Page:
In the 1990s a number of household surveys found that all four countries in the United Kingdom (UK) had levels of illicit drug use that were several times the size of any other European country (Parker, 2001). Increasing in popularity and decreasing in price in the late 1990s and early 2000s, cocaine became a sought after and more readily available drug among this drug-experienced population. By 2011 there were over 4 million users of cocaine in Western and Central Europe, within which the UK – closely followed by Spain – had the highest prevalence rates (Kilmer and Pacula, 2009; EMCDDA, 2013; UNODC, 2013). Statistics from 2003/4 valued the UK’s illicit drugs market at between £4 billion and £6.6 billion. Powder cocaine accounted for an 18 per cent share of expenditure in the market, whereas crack cocaine had a 28 per cent share (Matrix Knowledge Group, 2007; McSweeney et al, 2008; EMCDDA, 2012; see also Home Office, 2007). Both powder and crack cocaine are classified as Class A drugs in the UK. Under the Misuse of Drugs Act - which determines sentences by the class and weight of the drug - maximum sentencing for supply is life imprisonment (see Fleetwood, 2011; 2014). Yet, despite the risks involved, the sizeable demand results in large amounts of cocaine entering Britain, with various networks, means of distribution and sources of financial investment all playing a part in the process.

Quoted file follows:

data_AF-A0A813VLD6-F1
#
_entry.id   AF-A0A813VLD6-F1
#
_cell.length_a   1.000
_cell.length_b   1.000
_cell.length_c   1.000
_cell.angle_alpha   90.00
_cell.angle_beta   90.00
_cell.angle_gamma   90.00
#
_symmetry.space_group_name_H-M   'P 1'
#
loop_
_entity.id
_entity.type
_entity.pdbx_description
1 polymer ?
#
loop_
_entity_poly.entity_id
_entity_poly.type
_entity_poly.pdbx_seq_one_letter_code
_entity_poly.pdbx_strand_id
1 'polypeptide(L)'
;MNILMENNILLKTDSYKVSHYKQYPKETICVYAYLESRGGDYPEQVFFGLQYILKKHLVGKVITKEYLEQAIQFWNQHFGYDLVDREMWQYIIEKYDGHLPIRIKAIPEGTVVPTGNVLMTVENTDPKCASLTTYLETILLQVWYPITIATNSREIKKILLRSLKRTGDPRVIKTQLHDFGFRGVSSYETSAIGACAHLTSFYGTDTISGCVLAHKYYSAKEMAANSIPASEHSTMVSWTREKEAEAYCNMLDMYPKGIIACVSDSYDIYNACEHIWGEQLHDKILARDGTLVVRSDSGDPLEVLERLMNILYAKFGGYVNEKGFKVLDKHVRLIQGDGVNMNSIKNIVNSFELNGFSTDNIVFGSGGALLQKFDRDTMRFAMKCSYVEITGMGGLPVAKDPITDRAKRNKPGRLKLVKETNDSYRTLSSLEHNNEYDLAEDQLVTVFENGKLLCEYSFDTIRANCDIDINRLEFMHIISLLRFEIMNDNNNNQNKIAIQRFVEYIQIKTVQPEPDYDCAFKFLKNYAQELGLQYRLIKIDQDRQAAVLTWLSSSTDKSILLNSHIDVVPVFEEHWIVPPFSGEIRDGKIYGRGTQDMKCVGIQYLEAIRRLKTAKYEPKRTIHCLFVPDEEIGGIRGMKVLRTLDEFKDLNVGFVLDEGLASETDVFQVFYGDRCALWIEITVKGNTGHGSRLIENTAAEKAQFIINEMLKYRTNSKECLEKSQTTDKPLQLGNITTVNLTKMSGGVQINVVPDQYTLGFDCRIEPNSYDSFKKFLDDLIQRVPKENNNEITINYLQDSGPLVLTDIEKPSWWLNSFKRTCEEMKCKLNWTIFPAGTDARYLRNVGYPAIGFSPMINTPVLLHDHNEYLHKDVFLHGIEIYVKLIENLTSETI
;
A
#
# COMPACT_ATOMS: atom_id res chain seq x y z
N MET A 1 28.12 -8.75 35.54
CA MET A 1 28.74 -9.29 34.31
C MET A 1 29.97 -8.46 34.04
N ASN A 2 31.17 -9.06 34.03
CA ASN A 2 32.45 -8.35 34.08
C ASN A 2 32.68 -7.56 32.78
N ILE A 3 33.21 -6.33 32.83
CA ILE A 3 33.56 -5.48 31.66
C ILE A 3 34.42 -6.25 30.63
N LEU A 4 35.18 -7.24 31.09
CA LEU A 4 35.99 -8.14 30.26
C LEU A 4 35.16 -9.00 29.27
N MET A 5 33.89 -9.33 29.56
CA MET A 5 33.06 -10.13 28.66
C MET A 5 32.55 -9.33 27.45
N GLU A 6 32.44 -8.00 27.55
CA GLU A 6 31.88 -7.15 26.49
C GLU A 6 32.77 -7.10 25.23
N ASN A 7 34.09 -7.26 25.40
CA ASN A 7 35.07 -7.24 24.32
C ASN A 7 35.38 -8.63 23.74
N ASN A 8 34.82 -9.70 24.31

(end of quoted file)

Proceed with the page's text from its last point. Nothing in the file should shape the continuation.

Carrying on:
|Journal||Journal of Financial Crime|
|Publication status||Published - 5 Feb 2017|